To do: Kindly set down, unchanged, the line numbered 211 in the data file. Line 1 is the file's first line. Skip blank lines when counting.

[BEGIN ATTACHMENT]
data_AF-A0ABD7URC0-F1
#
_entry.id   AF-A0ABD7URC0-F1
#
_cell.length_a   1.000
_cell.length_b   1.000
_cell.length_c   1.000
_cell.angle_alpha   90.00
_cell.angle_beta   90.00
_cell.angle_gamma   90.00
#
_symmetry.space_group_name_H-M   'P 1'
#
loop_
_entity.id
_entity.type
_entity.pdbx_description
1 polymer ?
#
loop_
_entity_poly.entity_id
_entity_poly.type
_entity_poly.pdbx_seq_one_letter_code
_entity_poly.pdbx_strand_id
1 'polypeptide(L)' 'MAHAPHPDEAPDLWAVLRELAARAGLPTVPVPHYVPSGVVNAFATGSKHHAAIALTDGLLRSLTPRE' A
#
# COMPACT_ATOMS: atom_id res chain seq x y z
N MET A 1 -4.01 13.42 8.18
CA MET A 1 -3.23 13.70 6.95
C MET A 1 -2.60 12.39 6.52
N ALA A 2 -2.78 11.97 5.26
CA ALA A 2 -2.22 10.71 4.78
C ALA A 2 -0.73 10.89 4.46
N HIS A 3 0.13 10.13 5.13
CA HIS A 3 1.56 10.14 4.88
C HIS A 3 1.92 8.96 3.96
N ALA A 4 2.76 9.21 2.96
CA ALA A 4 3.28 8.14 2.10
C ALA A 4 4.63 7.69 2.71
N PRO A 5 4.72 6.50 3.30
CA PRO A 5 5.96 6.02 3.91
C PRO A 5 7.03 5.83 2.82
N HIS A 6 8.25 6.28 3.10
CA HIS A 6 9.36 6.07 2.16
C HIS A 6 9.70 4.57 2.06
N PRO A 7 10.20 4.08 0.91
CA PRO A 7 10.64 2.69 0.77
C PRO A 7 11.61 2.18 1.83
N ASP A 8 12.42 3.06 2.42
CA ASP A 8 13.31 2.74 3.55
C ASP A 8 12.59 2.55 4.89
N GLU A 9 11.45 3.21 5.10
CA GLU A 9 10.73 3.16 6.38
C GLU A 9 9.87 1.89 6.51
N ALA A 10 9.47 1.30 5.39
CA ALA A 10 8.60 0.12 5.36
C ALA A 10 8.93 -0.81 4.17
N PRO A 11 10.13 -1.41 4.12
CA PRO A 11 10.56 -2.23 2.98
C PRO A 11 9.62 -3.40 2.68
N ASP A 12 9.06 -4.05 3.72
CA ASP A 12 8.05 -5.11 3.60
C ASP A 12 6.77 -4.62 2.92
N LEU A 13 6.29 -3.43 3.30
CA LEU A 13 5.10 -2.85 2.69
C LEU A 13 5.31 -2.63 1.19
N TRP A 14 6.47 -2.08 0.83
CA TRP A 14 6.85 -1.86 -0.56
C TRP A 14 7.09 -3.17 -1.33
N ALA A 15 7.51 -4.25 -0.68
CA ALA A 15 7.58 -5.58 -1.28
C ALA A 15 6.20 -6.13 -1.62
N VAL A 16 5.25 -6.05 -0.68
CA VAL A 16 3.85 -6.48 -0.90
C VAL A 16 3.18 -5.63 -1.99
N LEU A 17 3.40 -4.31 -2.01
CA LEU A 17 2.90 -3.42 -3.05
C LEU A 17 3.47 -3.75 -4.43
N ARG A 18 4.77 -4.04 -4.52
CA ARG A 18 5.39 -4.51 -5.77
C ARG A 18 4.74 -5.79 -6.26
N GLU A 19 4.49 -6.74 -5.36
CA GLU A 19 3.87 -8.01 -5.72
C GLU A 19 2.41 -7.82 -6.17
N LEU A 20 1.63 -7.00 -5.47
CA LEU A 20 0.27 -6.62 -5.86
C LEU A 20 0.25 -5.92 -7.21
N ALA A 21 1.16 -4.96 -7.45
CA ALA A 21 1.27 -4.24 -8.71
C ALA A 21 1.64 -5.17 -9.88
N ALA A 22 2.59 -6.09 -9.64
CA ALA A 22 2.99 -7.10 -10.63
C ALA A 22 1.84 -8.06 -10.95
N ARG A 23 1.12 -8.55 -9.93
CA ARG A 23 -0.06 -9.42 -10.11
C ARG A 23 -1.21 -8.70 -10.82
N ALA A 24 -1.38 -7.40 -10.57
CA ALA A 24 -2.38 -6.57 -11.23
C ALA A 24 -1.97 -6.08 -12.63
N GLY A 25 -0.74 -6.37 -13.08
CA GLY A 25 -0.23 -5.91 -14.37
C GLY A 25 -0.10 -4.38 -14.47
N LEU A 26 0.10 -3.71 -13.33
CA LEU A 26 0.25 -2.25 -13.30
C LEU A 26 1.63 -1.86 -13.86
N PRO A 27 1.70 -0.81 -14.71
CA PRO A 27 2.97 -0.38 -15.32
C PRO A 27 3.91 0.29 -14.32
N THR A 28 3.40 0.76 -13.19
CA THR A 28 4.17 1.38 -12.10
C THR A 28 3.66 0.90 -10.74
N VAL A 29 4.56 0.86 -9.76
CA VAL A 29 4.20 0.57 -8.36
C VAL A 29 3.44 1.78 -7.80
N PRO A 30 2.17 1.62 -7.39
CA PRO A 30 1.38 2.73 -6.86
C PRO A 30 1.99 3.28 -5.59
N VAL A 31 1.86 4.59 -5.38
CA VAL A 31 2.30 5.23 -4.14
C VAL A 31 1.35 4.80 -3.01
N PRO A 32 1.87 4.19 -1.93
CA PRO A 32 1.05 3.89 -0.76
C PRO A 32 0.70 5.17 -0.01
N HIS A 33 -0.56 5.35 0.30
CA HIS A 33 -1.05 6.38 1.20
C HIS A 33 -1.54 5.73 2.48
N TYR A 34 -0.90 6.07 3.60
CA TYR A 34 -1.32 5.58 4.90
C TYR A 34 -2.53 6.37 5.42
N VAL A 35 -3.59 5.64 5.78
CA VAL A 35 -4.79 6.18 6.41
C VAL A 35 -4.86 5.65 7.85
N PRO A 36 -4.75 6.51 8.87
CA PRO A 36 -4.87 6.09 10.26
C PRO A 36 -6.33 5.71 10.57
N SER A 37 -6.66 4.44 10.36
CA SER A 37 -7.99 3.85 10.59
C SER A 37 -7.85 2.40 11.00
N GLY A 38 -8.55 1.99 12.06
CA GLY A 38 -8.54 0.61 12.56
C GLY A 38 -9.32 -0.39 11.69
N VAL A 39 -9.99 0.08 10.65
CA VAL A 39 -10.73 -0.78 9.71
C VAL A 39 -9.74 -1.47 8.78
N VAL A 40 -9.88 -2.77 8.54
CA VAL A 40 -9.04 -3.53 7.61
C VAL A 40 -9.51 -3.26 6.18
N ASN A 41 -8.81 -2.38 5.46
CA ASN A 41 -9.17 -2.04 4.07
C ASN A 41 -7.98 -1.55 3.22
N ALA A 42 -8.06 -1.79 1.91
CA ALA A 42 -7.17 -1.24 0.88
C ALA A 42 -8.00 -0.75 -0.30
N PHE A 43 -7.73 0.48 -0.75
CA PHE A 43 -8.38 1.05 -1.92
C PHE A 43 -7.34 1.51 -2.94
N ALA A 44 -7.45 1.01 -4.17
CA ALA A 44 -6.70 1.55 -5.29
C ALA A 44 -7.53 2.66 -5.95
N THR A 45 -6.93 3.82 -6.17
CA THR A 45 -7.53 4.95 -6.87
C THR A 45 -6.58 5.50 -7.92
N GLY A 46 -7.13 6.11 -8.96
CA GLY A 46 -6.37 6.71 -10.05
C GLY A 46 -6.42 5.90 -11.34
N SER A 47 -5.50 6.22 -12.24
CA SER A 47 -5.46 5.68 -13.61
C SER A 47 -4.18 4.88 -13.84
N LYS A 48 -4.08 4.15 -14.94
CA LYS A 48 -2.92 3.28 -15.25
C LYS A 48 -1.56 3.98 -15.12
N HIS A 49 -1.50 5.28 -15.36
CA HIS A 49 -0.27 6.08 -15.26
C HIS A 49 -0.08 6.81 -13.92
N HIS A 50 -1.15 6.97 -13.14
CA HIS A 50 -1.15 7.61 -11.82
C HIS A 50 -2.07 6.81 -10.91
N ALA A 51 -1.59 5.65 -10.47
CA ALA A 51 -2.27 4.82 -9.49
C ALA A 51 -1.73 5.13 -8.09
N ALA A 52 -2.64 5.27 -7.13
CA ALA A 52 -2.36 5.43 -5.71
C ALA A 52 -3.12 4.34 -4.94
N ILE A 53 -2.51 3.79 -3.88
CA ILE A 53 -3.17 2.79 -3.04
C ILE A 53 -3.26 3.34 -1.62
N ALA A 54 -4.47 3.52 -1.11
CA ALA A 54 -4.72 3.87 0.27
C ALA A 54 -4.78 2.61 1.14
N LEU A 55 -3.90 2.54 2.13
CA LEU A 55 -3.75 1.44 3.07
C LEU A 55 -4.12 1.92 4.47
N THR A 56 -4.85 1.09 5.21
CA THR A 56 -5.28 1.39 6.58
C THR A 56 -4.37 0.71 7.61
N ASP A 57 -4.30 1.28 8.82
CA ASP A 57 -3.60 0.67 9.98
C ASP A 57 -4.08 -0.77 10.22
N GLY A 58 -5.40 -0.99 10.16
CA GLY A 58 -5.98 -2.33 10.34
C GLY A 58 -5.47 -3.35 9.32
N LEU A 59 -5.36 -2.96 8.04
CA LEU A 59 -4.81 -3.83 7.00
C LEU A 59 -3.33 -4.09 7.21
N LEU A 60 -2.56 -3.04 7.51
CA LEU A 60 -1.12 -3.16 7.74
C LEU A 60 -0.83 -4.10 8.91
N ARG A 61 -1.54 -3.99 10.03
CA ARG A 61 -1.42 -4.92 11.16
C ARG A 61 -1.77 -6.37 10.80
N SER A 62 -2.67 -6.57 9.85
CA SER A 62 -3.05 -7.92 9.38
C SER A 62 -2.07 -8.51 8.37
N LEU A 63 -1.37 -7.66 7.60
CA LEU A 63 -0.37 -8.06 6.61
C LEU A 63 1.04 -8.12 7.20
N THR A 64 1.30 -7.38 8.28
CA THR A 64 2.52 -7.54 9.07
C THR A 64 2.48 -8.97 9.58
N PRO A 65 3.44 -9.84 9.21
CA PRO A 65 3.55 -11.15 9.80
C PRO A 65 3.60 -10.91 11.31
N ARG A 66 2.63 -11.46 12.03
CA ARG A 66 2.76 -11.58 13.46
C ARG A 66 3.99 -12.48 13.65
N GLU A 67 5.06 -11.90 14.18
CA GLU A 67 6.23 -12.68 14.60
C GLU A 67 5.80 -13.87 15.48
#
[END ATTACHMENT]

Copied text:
N SER A 62 -2.67 -6.57 9.85